Secretary Island is Fiordland’s second largest (8140 hectares), and highest island rising to 1196 metres above sea level. It supports a diverse range of plant communities and habitats, ranging from lowland beech-podocarp forest through to sub-alpine scrub, tussock tops and herb fields. It has been estimated that about 150 hectares may contain suitable rock wren habitat, which would provide a large area to establish a viable population of rock wren.

Secretary Island is not entirely pest free yet. Two pests inhabit the island; deer (Cervus elaphus) and stoats (Mustela erminea). The island is now subject to an intensive pest control programme to eradicate and prevent re-establishment of stoats (Golding et al., 2005) and deer (Crouchley et al., 2007) to provide a sanctuary for threatened species.
Evidence of stoat predation on rock wren chicks and eggs in nests has been documented on a number of occasions in the Murchison Mountains (Michelsen-Heath, 1989 and Willans 2006, 2007). It is expected that on Secretary Island stoats will either stay at very low density (with a trap check and re-bait every six months), or they will be eradicated and therefore will pose minimal risk to translocated rock wren.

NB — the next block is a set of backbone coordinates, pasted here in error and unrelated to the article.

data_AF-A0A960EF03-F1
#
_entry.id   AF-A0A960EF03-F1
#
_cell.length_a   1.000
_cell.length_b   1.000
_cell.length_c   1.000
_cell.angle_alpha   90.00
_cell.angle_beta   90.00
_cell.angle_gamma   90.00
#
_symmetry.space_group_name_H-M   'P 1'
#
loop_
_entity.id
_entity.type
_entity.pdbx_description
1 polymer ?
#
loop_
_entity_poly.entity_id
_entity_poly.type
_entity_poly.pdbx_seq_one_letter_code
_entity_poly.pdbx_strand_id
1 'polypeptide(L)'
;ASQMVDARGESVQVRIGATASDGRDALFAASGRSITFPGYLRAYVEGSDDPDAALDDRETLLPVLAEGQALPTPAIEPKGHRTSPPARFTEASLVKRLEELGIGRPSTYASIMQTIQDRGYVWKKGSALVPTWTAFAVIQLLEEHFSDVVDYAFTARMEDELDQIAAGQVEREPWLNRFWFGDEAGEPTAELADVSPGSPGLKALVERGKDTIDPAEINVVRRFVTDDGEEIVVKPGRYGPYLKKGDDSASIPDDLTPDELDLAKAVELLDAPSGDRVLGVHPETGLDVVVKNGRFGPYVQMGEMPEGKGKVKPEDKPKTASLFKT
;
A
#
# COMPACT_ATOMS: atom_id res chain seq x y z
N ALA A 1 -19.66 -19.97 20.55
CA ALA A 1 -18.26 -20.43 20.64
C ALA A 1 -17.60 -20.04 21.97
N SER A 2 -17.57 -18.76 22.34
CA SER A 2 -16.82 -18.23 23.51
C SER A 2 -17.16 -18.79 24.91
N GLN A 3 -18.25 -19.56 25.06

Deer pose less threat to rock wren, however they are known to eat many of the same plants rock wren feed on and nest in/under e.g. tussocks, small leafed coprosma’s and other divaricating plants. In the same way deer also impact on the insect community and insects are the key food source in the rock wren diet. Eradicating or maintaining a very low deer density will benefit rock wren on the island.

Secretary Island is isolated from the mainland which has meant other pest species such as rodents (Rattus sp. and Mus musculus) and possums (Trichosurus vulpecula) have not invaded by swimming to the island. Evidence of mouse predation on rock wren nests in the Murchison Mountains has also been documented on a number of occasions (Michelsen-Heath 1989 and Willans 2006, 2007).